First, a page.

John surveyed it from a safe distance
A. A. Dixon
Lithographic reproduction of watercolour
12.2 cm high x 8.1 cm wide
Fourth llustration for The Christmas Books, Collins' Pocket Edition (1906), facing page 193.
[Click on image to enlarge it and mouse over text for links.]
The nuclear family around whom the plot of the domestic novella revolves includes the carrier John Peerybingle; his young wife, Dot; their infant; and the awkward but good-hearted adolescent nurse, Tilly Slowboy. [Commentary continued below.]
Scanned image and text by Philip V. Allingham.
[You may use this images without prior permission for any scholarly or educational purpose as long as you (1) credit the photographer and (2) link your document to this URL in a web document or cite the Victorian Web in a print one.]
Passage Illustrated from The First Chirp
It was pleasant to see Dot, with her little figure, and her baby in her arms — a very doll of a baby — glancing with a coquettish thoughtfulness at the fire, and inclining her delicate little head just enough on one side to let it rest in an odd, half-natural, half-affected, wholly nestling and agreeable manner, on the great rugged figure of the Carrier. It was pleasant to see him, with his tender awkwardness, endeavouring to adapt his rude support to her slight need, and make his burly middle-age a leaning-staff not inappropriate to her blooming youth. It was pleasant to observe how Tilly Slowboy, waiting in the background for the baby, took special cognizance (though in her earliest teens) of this grouping; and stood with her mouth and eyes wide open, and her head thrust forward, taking it in as if it were air. Nor was it less agreeable to observe how John the Carrier, reference being made by Dot to the aforesaid baby, checked his hand when on the point of touching the infant, as if he thought he might crack it; and bending down, surveyed it from a safe distance, with a kind of puzzled pride, such as an amiable mastiff might be supposed to show, if he found himself, one day, the father of a young canary. ["Chirp the First," pp. 199-200]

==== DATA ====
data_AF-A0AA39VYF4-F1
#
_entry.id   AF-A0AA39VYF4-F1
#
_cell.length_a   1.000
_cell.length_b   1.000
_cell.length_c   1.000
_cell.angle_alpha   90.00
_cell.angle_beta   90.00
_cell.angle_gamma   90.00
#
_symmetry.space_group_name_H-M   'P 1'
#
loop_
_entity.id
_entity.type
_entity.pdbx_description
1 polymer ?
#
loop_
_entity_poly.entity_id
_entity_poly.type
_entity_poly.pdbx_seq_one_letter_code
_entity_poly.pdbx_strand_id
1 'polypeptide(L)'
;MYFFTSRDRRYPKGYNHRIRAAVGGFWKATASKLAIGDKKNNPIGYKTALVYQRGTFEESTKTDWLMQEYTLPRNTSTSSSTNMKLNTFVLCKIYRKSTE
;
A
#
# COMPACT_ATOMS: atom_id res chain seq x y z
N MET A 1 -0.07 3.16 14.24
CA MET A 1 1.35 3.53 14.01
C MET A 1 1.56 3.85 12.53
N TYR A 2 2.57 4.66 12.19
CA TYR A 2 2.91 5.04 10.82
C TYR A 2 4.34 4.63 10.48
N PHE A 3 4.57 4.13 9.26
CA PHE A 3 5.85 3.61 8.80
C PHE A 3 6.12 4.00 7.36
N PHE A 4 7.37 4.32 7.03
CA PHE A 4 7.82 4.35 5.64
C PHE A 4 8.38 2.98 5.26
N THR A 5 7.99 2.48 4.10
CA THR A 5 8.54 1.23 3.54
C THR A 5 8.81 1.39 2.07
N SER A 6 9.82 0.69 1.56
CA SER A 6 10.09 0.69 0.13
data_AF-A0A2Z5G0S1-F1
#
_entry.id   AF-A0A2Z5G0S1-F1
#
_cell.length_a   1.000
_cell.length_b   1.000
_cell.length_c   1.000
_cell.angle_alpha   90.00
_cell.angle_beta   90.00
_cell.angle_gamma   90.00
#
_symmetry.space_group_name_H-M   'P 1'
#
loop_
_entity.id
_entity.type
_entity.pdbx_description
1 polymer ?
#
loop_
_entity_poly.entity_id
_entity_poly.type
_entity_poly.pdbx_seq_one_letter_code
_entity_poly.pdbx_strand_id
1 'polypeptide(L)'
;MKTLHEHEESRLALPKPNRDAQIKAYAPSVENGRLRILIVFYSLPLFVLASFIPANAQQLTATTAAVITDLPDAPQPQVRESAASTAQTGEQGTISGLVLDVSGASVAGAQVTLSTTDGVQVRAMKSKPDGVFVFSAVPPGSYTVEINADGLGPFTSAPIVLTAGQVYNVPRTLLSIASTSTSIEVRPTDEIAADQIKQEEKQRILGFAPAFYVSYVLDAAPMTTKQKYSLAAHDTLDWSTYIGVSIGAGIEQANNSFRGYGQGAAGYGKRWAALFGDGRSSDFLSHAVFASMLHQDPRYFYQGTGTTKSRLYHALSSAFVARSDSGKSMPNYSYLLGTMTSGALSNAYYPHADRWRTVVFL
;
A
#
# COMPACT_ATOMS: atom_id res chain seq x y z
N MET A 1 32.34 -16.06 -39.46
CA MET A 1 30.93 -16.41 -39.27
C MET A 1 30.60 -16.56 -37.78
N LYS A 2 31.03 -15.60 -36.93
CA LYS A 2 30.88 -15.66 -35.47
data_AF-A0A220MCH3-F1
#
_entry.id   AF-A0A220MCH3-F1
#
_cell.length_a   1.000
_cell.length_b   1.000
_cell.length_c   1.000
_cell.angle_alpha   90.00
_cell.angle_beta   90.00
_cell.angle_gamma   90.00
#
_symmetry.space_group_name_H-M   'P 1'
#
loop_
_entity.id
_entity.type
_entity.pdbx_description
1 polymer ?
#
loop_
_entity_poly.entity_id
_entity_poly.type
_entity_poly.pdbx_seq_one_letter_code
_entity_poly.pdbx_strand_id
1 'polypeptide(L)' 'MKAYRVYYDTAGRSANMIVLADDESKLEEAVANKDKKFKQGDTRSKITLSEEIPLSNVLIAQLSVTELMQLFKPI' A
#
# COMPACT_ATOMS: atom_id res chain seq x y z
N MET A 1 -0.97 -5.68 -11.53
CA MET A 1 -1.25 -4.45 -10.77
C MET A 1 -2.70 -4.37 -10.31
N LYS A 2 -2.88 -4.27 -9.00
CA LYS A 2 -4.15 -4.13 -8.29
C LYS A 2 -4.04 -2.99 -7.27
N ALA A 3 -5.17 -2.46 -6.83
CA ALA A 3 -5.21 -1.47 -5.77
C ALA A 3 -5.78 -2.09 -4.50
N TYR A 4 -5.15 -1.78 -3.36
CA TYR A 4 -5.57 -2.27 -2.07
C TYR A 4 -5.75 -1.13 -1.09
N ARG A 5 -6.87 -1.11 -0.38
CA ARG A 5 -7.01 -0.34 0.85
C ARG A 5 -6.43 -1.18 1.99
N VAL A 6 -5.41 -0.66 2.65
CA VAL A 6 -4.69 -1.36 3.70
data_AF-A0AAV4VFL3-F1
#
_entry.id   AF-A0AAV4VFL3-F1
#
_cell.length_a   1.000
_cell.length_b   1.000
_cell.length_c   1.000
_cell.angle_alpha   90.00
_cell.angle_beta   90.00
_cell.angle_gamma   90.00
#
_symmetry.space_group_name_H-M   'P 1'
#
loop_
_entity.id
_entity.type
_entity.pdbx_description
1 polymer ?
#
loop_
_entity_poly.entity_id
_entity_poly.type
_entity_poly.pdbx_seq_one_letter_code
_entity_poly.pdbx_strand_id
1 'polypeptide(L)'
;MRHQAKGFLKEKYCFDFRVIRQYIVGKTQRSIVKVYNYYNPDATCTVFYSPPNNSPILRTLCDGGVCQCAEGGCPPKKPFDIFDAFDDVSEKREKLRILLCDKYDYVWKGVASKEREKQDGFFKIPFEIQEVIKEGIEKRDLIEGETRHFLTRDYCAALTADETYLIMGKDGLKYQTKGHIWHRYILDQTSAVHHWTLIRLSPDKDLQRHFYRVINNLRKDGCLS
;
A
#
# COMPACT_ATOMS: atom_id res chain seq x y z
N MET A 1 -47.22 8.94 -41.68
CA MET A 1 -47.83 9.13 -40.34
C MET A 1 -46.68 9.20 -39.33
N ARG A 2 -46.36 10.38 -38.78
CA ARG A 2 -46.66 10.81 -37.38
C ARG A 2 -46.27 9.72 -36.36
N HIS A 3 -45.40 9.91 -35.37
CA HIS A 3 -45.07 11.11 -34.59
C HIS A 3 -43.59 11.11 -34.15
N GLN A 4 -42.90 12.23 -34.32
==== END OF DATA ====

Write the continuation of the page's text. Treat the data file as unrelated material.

The lower-middle-class household grouping has been the subject of illustration since the original Bradbury and Evans publication in December 1845. The carrier, one suspects, was already regarded as a phenomenon of the nineteenth century when Dixon composed the illustration in 1906. Certainly, his John Peerybingle is not the rough-and-ready fellow one finds in the illustrations of John Leech and Fred Branard, nor is he the young husband of the E. A. Abbey wood-engraving from thirty years earlier, "Ain't he beautiful, John?" in a sweater suggesting that there about him of the merchant marine than the Dorset high road. The original novella, the third in the series dubbed in Eytinge's 1867 Diamond Edition anthology The Christmas Books, in fact offers interpretations of the central character with a moral dilemma, as Leech, Maclise, and Doyle all offered their unique interpretations. However, in neither these prints dropped into the letterpress nor the British Household Edition is John so well dressed and so distinguished as in Dixon's illustration. In place of the jolly, hale carter of Fred Barnard in John Peerybingle's Fireside is a slender, middle-aged gentleman in great-coat and riding boots, which have replaced the gaiters worn by the carrier in earlier versions of this scene. Daniel Maclise's elegant frontispiece, too, is a contrast in artistic treatments and themes since it is rife with ornamental, Pre-Raphaelite fairies and thumbnail scenes which render it as complex as Dixon's is straightforward. Then, too, Dixon has made the young wife in her white apron highly attractive, particularly in terms of her delicate facial features, in comparison to the Dot somewhat crudely portrayed by Richard Doyle and John Leech in the 1845 sequence. In his Diamond Edition illustration The Peerybingeles Tilly and the dog join in Dot's welcoming a burly, fustian-clothed giant home from his labours on the road, but there is nothing particularly sanctified about the domestic scene in which Sol Eytinge, Junior gives the sizeable hearth the central position. The rather more attractive and better modelled couple that Harry Furniss depicts before their fireside in his 1910 impressionistic treatment of the same scene is juxtaposed against a menacing shadow, a suggestion of the putative adultery that John will shortly have to wrestle with emotionally. In Dixon's idyllic illustration there is no hint of the moral conflict to come.